Building Research Skills for ESL Students

Building Research Skills for ESL Students

by Steven Rashba, Director of Modern Languages and the English Language Institute, University of Bridgeport

At University of Bridgeport’s (UB) English Language Institute, we have made Research Writing the cornerstone of the program. Students learn not only how to find and read articles at a challenging academic level from University databases, but also how to summarize, paraphrase, and quote the information so they can incorporate it into their work. After all, one of the highest levels of the learning pyramid is synthesizing information.

ELI instructors educate students about American-style academic writing by first introducing them to the UB library and its databases and demonstrating the various levels of reading complexity. Students are also introduced to the importance and mechanics of citing sources with a focus on APA format. Initially, students are directed to databases with easier readability so they can build their confidence before using more rigorous databases. Often, we have to break their Google searching habits. However, students quickly discover the advantages of using the library databases, especially the correct APA or MLA citations displayed at the bottom of the article.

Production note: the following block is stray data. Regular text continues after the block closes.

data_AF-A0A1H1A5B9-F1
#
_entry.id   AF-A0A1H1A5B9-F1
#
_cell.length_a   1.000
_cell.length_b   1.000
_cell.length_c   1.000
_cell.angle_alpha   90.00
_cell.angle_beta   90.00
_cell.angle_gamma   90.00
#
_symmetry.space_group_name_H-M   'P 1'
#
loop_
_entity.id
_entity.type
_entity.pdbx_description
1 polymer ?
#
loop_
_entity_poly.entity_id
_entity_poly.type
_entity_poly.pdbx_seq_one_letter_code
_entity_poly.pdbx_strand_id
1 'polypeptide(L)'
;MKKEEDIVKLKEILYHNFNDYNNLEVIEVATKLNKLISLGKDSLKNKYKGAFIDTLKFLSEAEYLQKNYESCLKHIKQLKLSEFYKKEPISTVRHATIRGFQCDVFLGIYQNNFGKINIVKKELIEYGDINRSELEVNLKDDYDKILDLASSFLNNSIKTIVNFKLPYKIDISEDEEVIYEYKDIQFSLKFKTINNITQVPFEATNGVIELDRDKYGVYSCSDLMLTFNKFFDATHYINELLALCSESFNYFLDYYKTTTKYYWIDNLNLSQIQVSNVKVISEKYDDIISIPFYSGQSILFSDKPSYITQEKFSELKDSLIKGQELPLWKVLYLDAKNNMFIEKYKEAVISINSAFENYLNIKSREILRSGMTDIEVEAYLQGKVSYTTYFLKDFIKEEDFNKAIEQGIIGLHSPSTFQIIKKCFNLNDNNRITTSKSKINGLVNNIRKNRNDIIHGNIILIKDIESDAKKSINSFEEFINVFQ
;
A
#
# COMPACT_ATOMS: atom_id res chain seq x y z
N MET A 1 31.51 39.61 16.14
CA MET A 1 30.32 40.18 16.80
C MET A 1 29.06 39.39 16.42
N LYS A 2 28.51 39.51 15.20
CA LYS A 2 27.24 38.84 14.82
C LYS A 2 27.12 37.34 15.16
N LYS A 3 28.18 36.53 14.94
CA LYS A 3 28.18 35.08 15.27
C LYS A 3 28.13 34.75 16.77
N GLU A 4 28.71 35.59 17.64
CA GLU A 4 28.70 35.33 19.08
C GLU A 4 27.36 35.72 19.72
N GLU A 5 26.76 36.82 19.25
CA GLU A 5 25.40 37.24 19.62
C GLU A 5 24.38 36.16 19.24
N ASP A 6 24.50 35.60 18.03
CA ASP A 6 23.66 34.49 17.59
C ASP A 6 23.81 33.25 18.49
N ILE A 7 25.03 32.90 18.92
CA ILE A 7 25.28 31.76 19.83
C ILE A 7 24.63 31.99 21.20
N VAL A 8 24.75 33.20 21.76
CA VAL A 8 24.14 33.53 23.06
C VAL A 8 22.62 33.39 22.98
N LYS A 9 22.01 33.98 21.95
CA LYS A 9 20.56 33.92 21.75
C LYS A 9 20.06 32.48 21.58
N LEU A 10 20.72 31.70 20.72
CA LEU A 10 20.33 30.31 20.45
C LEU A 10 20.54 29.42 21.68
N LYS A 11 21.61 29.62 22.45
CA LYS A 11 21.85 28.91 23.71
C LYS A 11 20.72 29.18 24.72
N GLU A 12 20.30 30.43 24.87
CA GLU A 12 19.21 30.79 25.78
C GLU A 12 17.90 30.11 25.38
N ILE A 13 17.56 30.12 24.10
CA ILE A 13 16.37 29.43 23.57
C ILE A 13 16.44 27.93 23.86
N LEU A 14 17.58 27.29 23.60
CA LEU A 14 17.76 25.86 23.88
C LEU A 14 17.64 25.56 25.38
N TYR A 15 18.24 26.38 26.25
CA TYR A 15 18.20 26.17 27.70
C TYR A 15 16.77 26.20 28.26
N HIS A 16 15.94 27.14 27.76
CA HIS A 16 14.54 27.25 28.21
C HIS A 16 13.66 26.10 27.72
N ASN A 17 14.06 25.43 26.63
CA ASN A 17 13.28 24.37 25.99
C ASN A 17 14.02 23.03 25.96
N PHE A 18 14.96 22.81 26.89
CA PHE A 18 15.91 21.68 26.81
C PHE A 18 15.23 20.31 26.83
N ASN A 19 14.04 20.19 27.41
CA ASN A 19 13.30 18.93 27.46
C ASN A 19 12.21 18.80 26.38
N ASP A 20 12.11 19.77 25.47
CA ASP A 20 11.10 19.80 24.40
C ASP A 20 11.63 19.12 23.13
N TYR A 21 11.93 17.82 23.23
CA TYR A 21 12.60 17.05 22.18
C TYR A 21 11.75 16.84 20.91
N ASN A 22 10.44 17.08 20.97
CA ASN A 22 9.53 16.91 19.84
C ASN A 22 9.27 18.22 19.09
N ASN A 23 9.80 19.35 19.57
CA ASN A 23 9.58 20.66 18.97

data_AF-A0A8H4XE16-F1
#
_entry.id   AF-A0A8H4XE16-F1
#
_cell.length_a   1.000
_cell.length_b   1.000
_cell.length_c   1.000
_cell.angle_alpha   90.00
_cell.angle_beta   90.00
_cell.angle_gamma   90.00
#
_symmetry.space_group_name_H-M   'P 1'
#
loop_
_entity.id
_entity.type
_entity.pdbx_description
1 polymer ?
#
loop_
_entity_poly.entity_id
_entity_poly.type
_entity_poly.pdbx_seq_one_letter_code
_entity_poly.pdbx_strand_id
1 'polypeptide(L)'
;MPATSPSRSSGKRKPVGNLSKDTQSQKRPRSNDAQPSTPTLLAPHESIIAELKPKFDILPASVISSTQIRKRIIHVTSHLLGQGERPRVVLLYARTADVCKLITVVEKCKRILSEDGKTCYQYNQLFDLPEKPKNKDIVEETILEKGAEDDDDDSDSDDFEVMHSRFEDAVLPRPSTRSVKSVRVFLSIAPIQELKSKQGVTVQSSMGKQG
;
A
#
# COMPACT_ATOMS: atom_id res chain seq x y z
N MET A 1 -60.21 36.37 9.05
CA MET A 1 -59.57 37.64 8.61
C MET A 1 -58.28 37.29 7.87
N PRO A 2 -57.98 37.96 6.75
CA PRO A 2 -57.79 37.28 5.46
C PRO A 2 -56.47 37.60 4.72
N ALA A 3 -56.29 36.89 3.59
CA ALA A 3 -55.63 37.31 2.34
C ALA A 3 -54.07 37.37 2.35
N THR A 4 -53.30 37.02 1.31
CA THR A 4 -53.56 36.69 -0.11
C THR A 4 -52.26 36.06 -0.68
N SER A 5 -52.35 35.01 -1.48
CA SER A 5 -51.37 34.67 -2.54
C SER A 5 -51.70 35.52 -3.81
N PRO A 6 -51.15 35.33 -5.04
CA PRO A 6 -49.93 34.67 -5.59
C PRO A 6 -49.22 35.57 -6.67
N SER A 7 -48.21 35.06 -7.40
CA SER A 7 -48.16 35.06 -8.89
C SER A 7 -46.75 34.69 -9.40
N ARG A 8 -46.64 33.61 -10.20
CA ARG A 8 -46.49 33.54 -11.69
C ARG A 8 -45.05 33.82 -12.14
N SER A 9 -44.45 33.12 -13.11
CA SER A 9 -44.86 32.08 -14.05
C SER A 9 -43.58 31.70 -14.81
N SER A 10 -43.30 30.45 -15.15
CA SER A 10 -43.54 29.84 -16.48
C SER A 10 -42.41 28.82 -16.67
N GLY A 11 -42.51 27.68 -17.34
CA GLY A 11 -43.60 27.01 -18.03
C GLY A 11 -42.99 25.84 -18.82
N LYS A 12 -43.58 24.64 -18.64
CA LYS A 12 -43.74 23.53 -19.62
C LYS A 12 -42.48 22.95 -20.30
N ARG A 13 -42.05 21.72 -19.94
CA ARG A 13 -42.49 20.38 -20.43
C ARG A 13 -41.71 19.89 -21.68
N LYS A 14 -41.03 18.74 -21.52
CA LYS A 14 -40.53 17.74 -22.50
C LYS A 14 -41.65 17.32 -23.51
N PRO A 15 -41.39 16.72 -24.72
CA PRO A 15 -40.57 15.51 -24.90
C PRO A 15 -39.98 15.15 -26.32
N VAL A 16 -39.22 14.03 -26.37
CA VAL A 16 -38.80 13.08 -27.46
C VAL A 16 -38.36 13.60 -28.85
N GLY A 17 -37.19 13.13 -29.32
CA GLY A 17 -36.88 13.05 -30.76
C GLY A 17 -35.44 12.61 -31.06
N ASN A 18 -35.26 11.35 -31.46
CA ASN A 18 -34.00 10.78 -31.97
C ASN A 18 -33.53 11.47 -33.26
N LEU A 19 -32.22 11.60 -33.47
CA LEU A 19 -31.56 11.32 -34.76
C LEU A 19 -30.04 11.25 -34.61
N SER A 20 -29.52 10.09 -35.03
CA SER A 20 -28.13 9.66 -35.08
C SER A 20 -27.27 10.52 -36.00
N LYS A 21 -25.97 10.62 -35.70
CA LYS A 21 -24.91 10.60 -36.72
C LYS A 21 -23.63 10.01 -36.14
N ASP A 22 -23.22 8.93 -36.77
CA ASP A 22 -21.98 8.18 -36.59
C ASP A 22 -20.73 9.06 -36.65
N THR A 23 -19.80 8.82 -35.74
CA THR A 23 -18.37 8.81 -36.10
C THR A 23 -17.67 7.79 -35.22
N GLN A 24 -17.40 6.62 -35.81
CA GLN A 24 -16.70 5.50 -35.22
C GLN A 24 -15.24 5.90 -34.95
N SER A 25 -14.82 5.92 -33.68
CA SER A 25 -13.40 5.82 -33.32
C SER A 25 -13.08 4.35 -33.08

Research skills are important to teach for students’ college careers, helping to prepare them for their academic programs, many of which are research focused. However, they also transfer to graduates’ future careers, with skills that include:

  • Building vocabulary
  • Grammar structures
  • Critical thinking

Furthermore, the skills learned in academic research apply to many different kinds of writing in the business world, including:

  • Request for proposals
  • Feasibility studies
  • Analysis
  • Copyright and patent-protection for new ideas and innovations

For these reasons and more, ESL students need to be taught research skills as well as academic writing. Only then will they have continued academic and professional success. Classes at UB’s English Language Institute not only prepare students for the rigors of their academic programs but also help them transform a language background weakness into an acknowledged strength.

Steven Rashba, ARM, is the Director of Modern Languages and the English Language Institute and currently teaches Advanced ELI 140 (Research Writing for ESL Students). Rashba has been affiliated with UB for 23 years and is one of the world’s approximately 3.95 billion bilingual (or more) speakers. A dedicated runner and cyclist, Rashba and his students are active members of Greater Bridgeport Toastmasters and Toastmasters International.